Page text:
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Making an offer on a property in France or the “offre d’achat”


Yes, negotiating property prices is possible. No, it is not accessible to everyone.

Making an offer on a property or so called in French “offre d’achat”, is the document that, in theory, commits you to purchasing a good from the seller.

Here are some key factors to consider while drafting your purchase offer:

Property valuation:

As a buyer, one will quickly acquire an instinct guided by what they like most. Even for property specialists, like us at DELCADE, with years of expertise, comparing distinct rural homes is always complicated.

Many elements determine a reasonable valuation, including geography, local surroundings, conditions, and even subjective considerations like a nice view.

And remember, if the property is still on the market, it means no one has agreed to it, so far. So, you might as well ask yourself two determining questions:

  • For how long has the property been on sale?
  • Why would they want to sell it?

What are the required documents?

Once you find your perfect match, and there’s no place left for doubt or hesitation: go make that offer. And it goes without saying that to be able to do so, you will be required to provide a few legal documents:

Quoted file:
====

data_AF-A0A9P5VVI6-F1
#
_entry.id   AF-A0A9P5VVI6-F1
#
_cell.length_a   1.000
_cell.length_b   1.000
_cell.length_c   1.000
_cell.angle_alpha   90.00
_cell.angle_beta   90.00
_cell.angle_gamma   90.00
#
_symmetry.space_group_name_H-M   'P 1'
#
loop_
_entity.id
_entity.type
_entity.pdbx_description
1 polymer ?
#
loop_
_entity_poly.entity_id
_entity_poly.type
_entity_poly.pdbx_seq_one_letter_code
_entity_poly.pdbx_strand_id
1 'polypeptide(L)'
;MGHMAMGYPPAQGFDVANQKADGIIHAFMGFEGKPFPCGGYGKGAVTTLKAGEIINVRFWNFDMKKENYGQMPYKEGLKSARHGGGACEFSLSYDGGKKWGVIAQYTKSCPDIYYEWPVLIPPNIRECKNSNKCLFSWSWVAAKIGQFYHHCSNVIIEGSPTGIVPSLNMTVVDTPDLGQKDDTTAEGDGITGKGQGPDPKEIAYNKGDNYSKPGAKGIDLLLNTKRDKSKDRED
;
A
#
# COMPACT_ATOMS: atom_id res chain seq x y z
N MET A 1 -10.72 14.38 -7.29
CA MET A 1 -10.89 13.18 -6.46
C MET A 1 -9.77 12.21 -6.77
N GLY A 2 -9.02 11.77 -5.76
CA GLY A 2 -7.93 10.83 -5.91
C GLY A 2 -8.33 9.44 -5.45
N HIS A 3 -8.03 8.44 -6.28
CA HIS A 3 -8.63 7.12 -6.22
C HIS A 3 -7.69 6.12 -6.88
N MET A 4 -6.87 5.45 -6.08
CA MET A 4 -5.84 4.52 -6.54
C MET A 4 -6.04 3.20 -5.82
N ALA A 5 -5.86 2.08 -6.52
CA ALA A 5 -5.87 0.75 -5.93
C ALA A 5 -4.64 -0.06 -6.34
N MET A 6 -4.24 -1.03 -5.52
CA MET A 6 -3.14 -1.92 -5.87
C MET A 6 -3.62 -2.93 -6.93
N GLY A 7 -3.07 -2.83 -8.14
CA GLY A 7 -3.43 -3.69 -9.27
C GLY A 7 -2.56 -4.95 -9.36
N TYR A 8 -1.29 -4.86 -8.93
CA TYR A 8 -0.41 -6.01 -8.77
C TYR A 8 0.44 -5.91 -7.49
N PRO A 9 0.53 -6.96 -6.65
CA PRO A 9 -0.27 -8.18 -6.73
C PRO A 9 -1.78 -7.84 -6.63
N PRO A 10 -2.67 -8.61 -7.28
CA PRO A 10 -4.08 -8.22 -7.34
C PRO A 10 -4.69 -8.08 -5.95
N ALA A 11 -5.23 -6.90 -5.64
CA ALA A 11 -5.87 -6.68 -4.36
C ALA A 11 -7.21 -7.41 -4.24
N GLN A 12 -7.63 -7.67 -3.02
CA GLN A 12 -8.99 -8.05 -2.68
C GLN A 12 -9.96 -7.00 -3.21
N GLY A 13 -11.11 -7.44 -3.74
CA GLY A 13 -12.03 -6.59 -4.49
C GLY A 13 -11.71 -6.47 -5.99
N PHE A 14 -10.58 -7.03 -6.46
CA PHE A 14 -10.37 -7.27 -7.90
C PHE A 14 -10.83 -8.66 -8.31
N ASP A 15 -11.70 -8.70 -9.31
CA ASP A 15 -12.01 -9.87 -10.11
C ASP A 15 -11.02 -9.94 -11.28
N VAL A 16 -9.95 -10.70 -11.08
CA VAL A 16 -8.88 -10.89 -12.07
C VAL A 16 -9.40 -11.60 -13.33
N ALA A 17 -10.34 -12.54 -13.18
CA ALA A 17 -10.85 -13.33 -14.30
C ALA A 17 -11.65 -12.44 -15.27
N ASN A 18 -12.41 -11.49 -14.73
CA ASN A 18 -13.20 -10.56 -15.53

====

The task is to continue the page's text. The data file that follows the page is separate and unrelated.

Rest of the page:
• Birth or wedding certificates,
  • Passport copies with at least 6 months until it expires.

Is it legally binding?

Unlikely to the UK where a “subject to contract” sale is most likely to be characterized, in France, if you make any offer to a seller, to buy their property, even if only verbal, and only if the seller accepts it, you would be providing the basic conditions of a contractual commitment. For information, the seller will be legally obligated to accept the offer, if it corresponds to the asked amount.

The main purpose to prepare a written offer is to secure your property to be. When prepared, it should always mention that the sale is only conditional on the agreement on a sale and purchase contract, whose specific object is to elaborate all the specific conditions that should be applying.

Once the sale and purchase contract is all set, you will still have safeties. One of your primary safeties is that the law provides a buyer with a ten-day cooling off period during which you can cancel the contract without any kind of sanctions.

At this point of the procedure, the law expressly prohibits a seller or agent from requesting a deposit. So, at no circumstances should you pay any kind of deposit to the owner or the real estate agency.


About the Author :

Business lawyers, bilingual, specialized in acquisition law; Benoit Lafourcade is co-founder of Delcade lawyers & solicitors and founder of FRELA; registered as agents in personal and professional real estate transactions. Member of AAMTI (main association of French lawyers and agents).

FRELA : French Real Estate Lawyer Agency, specializing in acquisition law to secure real estate and business transactions in France.

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